Let's begin with a qualifier: Us saying the Pope is better for women than Republicans does not mean we think the Pope is some new progressive superhero. He's got 2000 years of dogmatic baggage to contend with. He believes people -- including those in third world countries where HIV and overpopulation are serious problems -- shouldn't use artificial means of birth control (condoms, the pill, etc). abortion, premarital sex, gay marriage are all still no-no's. He is Catholic, after all. But what's made Pope Francis the crush of the decade for so many liberals (including atheists like Bill Maher) is his willingness to consider the vastness of people's experiences, to see the other side of things, to at least try not to judge, and to give up the black and white for, if not 50, then at least a few shades of grey.
Let's take his latest decree: For the Church's upcoming Jubilee celebration (which will read "The Year of Mercy" on the tour t-shirts) from December 2015 through November 2016, the Pope is granting all priests the power to forgive women who have terminated unwanted or unsafe pregnancies (it usually takes a bishop for that kind of heavy lifting.) It's like the Holy Roman Empire is having a sale on abortion forgiveness! For a limited time only, you too can save your soul from eternal damnation, but you've got to act fast! This offer with participating priests expires on November 26th of next year. See your local clergyman for details.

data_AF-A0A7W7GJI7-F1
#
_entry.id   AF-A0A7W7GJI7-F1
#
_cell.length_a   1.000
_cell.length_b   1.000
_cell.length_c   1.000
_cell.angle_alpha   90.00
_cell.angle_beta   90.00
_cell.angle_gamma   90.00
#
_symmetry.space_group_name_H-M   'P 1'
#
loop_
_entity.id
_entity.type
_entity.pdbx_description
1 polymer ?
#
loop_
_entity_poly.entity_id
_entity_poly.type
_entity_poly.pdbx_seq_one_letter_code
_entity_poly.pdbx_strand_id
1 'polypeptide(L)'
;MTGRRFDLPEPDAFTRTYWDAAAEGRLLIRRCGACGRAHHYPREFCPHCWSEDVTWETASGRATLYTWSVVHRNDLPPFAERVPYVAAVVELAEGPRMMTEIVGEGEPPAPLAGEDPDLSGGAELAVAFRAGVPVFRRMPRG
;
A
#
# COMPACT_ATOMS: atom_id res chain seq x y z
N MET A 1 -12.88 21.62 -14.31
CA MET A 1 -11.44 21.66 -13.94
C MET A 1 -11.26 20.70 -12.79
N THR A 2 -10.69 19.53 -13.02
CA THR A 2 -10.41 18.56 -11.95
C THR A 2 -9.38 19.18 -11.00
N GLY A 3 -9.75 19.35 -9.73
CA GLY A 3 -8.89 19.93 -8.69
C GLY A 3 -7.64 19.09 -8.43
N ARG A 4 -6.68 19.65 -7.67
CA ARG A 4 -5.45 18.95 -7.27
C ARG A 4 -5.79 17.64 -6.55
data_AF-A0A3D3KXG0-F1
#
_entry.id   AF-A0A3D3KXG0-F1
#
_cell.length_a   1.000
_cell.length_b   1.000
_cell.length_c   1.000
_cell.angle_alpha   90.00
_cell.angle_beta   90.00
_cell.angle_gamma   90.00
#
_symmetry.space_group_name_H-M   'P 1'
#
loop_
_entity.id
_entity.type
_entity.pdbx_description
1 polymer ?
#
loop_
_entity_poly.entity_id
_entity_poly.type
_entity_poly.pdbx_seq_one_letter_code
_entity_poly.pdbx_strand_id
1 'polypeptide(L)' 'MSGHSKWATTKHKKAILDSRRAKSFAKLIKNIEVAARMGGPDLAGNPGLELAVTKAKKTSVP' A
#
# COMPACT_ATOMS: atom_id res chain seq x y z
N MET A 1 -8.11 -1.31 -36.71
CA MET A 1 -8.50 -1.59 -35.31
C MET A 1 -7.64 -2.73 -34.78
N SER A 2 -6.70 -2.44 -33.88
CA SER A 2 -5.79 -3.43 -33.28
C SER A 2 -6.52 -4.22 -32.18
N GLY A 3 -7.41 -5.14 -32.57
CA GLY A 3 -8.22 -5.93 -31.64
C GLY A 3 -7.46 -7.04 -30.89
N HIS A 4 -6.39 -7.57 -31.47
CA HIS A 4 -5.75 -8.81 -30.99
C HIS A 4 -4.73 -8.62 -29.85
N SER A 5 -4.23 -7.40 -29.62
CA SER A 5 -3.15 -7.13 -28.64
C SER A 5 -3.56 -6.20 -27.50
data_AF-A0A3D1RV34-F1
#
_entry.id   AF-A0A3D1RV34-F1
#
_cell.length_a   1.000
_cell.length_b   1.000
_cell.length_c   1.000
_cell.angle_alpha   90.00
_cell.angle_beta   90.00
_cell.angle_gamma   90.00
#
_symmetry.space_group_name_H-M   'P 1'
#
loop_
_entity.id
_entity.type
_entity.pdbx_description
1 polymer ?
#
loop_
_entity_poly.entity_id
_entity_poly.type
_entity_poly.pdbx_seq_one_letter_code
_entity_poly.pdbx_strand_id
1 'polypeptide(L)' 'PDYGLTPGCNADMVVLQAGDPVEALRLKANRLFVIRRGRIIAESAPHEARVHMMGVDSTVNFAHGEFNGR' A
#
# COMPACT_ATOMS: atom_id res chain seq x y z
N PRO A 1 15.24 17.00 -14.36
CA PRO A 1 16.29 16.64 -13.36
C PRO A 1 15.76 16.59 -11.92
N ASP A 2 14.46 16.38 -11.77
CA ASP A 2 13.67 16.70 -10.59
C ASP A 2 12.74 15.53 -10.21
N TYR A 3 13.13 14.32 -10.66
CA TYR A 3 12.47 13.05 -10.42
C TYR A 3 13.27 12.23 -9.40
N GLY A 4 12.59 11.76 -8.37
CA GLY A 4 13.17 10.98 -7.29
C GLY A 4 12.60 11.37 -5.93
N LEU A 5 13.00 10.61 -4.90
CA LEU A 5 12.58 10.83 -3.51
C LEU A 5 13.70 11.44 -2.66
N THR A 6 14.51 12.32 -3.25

Leaving alone the the absurdity of the idea that only a handful of men will now have the divine power to absolve the sin of abortion for repentant Catholic women on Saturday, November 26th but not on Sunday, Nov 27th, we can still at least appreciate the gesture. The pope wrote in a letter on the topic on September 1st, 2015,
I know that it is an existential and moral ordeal. I have met so many women who bear in their heart the scar of this agonizing and painful decision. What has happened is profoundly unjust; yet only understanding the truth of it can enable one not to lose hope. The forgiveness of God cannot be denied to one who has repented.
He's made it clear: Abortion is still wrong in the eyes of the Church and God. But by emphasizing reconciliation over excommunication, mercy over punishment, forgiveness over judgement, all through the prism of empathy for the plights of countless women, he's indirectly and perhaps inadvertently giving them some credit for their own tough choices. He's offering a little wiggle room. It's as if he's saying, "Let's not be total dicks about this."
Compare this to the incredibly callous, hardline approach to abortion that not one, not two, but at least four Republican presidential candidates have taken: Rick Santorum, Mike Huckabee, Marco Rubio and Scott Walker think abortion should be outlawed in all circumstances, with no exceptions for rape or incest, and according to Rubio and Walker, no exceptions for even the health -- indeed, the life -- of the mother. Let's unpack this a bit, as philosopher Sam Harris did in a recent podcast: This means that if an 11-year-old were raped and impregnated by her father with very good chances that either she or the fetus would die of complications, Rubio and Walker still believe the little girl should be forced to see the pregnancy through to its natural end. They believe a few cells are not just as important, but more important, than the 11-year-old. Because God.